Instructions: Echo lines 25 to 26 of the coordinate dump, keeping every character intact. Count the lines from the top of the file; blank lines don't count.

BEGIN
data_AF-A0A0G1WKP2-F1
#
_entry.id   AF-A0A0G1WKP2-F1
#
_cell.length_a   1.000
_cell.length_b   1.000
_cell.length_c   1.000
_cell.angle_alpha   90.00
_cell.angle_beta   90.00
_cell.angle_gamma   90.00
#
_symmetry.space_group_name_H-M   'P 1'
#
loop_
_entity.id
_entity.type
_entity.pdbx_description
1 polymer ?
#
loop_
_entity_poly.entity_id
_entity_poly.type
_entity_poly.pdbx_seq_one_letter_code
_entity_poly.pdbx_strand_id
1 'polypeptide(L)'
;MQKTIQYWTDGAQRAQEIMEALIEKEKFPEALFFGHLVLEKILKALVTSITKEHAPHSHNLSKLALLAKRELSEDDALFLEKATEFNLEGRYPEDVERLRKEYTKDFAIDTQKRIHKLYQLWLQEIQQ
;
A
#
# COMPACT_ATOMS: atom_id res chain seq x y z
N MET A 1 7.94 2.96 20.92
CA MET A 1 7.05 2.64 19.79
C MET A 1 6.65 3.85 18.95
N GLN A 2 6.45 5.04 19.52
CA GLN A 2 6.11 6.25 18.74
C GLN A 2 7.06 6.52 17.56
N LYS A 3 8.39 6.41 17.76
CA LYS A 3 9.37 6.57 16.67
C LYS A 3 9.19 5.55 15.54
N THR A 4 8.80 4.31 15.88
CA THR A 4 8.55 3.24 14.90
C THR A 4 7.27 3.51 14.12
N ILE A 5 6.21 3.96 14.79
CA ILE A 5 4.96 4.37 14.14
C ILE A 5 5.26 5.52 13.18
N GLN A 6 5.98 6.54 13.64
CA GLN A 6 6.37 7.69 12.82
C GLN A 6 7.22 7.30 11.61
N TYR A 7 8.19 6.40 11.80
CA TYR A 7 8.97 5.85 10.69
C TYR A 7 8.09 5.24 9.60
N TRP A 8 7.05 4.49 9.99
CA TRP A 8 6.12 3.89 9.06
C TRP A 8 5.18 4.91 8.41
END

1 'polypeptide(L)'
;MQKTIQYWTDGAQRAQEIMEALIEKEKFPEALFFGHLVLEKILKALVTSITKEHAPHSHNLSKLALLAKRELSEDDALFLEKATEFNLEGRYPEDVERLRKEYTKDFAIDTQKRIHKLYQLWLQEIQQ